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Historic homes, chatty proprietors, and sit-down breakfasts aren’t typically what comes to mind when people think about lodging options in the five boroughs. But look past the Ritzes, the Marriotts, and the Standards and you’ll see that there are actually a number of intimate B&B-style accommodations around the city.

The Lafayette House (Facebook)

Whether you’re planning a romantic staycation or are looking for a place to stash visiting relatives that won’t overwhelm their sensibilities (or budgets), there’s ample comfort and style to be found in these lesser-known accommodations—in addition to those delicious complimentary breakfasts.

THE INN ON 23RD STREET: If one were to identify the most unlikely downtown street on which to house a quaint inn, the east-west artery of 23rd Street would be it. And yet the Inn on 23rd defies its bustling location by being one of the most charming places to stay in the entire city.

The Victorian Room at the Inn at 23rd Street (Facebook)

Following traditional country-inn protocol, each of the fourteen rooms is decorated with a different theme (“Bamboo”; “Maritime”; “1940s”; “Quilt”), though this family-owned operation makes welcome concessions to its urban environs with double-thick windows and black-out shades. Breakfast is served in the cozy library, and the small staff is always happy to chat.

The Inn on 23rd Street is i located at 131 West 23rd Street, between Sixth and Seventh Avenues, in Manhattan. Subway: F,M to 23rd Street or 1 to 23rd Street. Also in the neighborhood: Chelsea Pines Inn, a converted five-story home that caters to an LGBT clientele, with classic-cinema inspired décor.

THE LAFAYETTE HOUSE This under-the-radar inn is housed in a nineteenth-century brownstone on a charming NoHo block. Unlike its neighbors the Bowery Hotel and the Standard East Village, Lafayette House has no boisterous sidewalk restaurants or uniformed doormen to alert you to its existence—in fact, there’s barely a sign.

The Lafayette House (Facebook)

But what Lafayette House demurs in flash on the outside, it spares nothing in upscale charm on the inside. Each of the fifteen rooms has a working fireplace, luxurious linens, and is individually decorated with antiques and other well-appointed furnishings. (Some rooms also have kitchenettes and outdoor space.) While there is no breakfast—or even a kitchen—there is complimentary wine at check-in and room service is available from the restaurant next door. (N.B.: This four-story hotel has no elevator.)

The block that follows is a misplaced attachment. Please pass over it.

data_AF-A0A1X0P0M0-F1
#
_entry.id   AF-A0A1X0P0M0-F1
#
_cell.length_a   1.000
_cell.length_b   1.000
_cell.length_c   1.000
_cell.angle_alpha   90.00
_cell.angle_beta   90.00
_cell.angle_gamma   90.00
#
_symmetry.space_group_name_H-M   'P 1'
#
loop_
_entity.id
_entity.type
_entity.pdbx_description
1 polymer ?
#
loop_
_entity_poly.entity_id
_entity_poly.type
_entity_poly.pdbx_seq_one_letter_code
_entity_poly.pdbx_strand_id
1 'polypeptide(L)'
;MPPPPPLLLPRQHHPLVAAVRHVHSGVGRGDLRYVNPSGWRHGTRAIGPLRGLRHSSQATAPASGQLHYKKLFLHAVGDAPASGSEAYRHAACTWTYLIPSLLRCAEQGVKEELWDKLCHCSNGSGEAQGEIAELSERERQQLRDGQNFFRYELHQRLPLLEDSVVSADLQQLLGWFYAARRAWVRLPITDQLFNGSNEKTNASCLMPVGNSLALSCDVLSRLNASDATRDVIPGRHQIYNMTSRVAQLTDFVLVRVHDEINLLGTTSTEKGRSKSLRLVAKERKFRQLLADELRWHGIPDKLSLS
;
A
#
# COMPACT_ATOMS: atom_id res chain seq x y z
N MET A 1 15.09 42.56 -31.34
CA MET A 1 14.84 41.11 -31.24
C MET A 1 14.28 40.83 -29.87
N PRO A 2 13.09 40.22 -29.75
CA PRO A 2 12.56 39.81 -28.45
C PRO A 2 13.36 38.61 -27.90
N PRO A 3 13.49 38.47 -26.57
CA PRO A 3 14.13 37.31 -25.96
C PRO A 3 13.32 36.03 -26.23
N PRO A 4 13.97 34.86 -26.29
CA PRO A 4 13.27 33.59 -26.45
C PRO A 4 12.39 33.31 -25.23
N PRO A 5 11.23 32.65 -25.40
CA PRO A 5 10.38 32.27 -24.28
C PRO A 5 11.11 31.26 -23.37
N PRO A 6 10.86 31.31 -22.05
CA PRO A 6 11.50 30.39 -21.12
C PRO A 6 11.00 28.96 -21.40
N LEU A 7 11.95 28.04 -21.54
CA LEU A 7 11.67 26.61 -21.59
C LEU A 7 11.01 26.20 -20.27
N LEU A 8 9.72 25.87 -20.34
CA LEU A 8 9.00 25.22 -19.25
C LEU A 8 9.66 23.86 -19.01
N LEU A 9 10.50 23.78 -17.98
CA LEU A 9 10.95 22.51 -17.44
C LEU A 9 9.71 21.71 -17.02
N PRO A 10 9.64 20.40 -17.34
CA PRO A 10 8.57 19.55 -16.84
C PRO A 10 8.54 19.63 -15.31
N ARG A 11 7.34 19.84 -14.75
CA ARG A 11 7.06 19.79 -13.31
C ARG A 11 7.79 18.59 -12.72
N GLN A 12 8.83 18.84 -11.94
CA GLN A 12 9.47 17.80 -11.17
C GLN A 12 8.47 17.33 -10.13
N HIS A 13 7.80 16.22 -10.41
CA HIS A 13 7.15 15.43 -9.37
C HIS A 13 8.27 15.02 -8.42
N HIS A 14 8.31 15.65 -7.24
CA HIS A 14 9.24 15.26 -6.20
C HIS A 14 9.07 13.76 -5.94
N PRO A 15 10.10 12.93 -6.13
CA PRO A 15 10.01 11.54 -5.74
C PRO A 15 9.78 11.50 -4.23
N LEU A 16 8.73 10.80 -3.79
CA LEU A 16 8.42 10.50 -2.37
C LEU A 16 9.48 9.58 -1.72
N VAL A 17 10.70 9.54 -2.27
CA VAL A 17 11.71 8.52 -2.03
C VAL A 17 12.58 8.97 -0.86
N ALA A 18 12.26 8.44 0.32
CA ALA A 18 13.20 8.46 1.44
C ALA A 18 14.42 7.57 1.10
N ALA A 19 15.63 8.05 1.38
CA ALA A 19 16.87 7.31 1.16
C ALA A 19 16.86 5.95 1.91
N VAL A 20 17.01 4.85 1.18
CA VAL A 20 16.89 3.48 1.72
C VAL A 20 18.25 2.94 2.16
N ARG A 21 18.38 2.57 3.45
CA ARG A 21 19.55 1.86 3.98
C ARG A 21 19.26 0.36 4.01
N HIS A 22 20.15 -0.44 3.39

The Lafayette House is located at 38 East 4th Street, between Bowery and Lafayette Streets in Manhattan. Subway: B,D,F,M or 6 to Broadway-Lafayette/Bleecker Street. Also in the Neighborhood: East Village Bed & Coffee, a surviving bastion of funkiness on Avenue C, with seven eclectically decorated rooms (all with shared bath), common lounge areas with computers and printers, and all the coffee you can drink.

LEFFERT MANOR HOUSE BED AND BREAKFAST: Even just the words “Victorian townhouse in Prospect Lefferts Garden” conjure up a holiday across the pond. But all you need to be transported out of contemporary city living is a MetroCard swipe and a room at this Brooklyn B&B. This inn is actually comprised of several nearby properties: a five-room Main House; the Lady Fenimore House, with two rooms and a kitchenette (that have the option of being combined as a suite); and a floor-through garden suite with two bedrooms, perfect for groups of three or four.

The Blue Room at the Lefferts Manor Bed & Breakfast (website)

Breakfast (an additional $10 per night) is served in the Main House’s parlor, which is available all day for guests to lounge, read, or play games in. Neither the Main House nor the Lady Fenimore House have en-suite bathrooms, but this inconvenience is offset by the highly reasonable year-round rates. (N.B. The inn’s owners also rent two large vacation apartment in Fort Greene; see website for details.)

The Lefferts Manor Bed and Breakfast is located at 80 Rutland Road between Flatbush and Bedford Avenues in Brooklyn. Subway: 2,5 to Winthrop or Sterling Streets. Also in the neighborhood: Sterling House Bed & Breakfast, a tiny B&B near Prospect Park in Crown Heights with only three rooms, two in the main house and one private cottage.

FORT PLACE B&B: Want the most getaway for your buck? Head down the river to Staten Island. Fort Place is located two blocks from the ferry, making for an easy trip to and from that other island to the north, but feels more exotic (and private) by virtue of being of its location on the city’s most independent borough.

Fort Place (website)

Each of the three rooms has a private bath (the top floor has a skylight from which you can see the Verrazano Bridge), and breakfast is included in the incredible $120/night rate (or $85 for single travelers).

Fort Place B&B is located at 22 Fort Place between Montgomery and Monroe Avenues. Also in the neighborhood: Victorian Bed and Breakfast of Staten Island, a quiet inn a little further from the beaten path (it’s a fifteen-minute bus ride from the ferry terminal) that claims to have hosted the actor Edward G. Robinson and gangster Bugsy Siegel.

Caitlin Leffel is a writer, editor, and author of two books about New York. She recently wrote about New York childhood in literature for Frontier Psychiatrist. Follow her on Twitter and Instagram at CLO_NYC.